History of Programming Languages
In this seminar course, we will study themes in the programming
language research area from a historical perspective.
This idea of "several steps" is distinct from the modern idea of
publishing every single thought that occurred to someone over breakfast so that
the dean can get a high count for her yearly report.
The primary goal is to understand some of the major themes in the
discipline as it exists today and how these themes evolved in several
steps. Initially, the seminar will focus on two themes close to the
instructor’s heart: how semantics emerged and how languages evolved that do
not adhere to the common idea of a fixed syntax, scope, and
semantics. The choice of other themes will entirely depend on students’
interests and preferences. All programming language themes are
The secondary goal is to develop basic skills for understanding and
describing research themes. Every student will learn to approach a theme by
reading a series of papers, preparing an annotated bibliography, and
presenting the key steps in the evolution of the theme.
The intended audience consists of PhD students who will write a
dissertation in the area and MS/undergraduate students who wish to deepen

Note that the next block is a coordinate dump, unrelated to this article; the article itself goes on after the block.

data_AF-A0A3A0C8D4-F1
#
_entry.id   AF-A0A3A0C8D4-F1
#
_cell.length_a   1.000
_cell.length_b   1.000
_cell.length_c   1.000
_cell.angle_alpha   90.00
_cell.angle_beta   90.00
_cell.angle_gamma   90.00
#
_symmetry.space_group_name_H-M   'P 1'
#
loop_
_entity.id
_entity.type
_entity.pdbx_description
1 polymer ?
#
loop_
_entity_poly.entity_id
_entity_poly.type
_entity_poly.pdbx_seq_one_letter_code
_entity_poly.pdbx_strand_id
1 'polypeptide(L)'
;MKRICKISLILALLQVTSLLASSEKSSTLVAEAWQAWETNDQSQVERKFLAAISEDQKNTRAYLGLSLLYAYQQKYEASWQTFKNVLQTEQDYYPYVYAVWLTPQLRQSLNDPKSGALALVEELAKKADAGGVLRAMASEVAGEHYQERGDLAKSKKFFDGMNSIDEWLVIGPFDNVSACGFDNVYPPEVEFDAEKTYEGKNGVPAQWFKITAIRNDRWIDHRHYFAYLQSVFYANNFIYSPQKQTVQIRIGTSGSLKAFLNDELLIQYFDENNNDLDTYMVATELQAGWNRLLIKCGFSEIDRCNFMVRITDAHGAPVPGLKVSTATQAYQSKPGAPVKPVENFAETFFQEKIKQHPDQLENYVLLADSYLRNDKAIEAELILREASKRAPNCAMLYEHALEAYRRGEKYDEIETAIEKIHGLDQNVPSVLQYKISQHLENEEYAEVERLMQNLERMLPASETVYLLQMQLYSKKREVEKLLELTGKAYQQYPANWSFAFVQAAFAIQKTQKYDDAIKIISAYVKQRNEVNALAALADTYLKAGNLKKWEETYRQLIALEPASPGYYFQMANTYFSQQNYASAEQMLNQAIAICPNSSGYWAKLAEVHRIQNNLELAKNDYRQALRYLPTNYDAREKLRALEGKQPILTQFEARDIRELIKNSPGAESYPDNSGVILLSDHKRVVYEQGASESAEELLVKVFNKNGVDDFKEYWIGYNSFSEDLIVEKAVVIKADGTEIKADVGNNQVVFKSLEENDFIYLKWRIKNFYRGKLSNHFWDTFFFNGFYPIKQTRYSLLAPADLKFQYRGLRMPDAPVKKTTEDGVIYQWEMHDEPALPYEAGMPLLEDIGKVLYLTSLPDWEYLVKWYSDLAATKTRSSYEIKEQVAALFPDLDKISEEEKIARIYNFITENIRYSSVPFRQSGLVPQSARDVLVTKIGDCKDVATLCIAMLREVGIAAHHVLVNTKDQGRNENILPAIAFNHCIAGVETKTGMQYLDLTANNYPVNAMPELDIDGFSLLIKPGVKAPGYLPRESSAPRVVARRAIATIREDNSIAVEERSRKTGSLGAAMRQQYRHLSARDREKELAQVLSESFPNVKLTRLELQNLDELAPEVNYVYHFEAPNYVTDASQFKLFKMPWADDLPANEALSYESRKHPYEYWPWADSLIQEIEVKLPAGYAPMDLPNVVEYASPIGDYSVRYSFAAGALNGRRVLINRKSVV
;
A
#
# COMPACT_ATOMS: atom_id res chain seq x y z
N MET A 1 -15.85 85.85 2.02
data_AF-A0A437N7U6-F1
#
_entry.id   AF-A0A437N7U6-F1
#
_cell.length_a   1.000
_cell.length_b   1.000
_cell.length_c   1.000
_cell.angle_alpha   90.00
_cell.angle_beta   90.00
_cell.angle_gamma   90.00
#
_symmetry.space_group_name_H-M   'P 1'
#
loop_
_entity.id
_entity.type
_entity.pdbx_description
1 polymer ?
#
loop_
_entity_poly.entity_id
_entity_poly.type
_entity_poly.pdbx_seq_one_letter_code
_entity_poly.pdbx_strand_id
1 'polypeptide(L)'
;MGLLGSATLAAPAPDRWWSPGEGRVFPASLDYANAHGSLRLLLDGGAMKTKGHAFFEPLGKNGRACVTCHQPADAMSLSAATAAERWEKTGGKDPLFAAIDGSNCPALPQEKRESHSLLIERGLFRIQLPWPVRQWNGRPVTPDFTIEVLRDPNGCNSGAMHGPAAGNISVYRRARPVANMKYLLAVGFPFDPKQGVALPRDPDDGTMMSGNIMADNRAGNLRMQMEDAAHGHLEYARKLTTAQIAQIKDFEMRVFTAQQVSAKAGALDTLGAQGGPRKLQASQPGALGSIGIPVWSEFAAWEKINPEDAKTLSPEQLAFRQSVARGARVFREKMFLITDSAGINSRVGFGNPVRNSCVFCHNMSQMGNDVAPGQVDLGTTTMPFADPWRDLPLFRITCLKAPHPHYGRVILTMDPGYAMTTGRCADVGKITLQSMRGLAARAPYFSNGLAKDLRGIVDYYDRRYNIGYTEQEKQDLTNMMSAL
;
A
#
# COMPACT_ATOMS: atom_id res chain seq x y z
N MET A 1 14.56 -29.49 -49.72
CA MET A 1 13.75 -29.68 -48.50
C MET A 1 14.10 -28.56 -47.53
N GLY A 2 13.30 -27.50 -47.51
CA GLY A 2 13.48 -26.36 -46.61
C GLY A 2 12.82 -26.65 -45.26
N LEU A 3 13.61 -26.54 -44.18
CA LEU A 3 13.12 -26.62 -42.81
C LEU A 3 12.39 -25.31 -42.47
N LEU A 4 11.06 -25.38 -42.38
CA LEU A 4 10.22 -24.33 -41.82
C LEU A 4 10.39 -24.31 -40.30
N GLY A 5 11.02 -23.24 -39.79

their understanding of the programming language area. PhD students at all
stages of research will benefit. Someone close to the writing stage will have
a chance to develop the bibliography for the chapter on background work;
students at an early stage can use this opportunity to find, refine, or
reject an idea for dissertation research.
Prerequisites Ideally, a PhD student should have taken Intensive
Principles of Programming Languages. An undergraduate or an MS student should
have taken Principles of Programming Languages and studied some additional
topics of interest outside of courses.
Chosen First Topics
relational programming, Kanren (tentative)
gradual typing semantics
programming languages and operating systems
type inference, origins and brittleness
functional reactive programming
system F type systems
hygienic macro expansion
Chosen Second Topics
logical relations in PL
dependently typed logic (tentative)
compiler generation (tentative)
the expression problem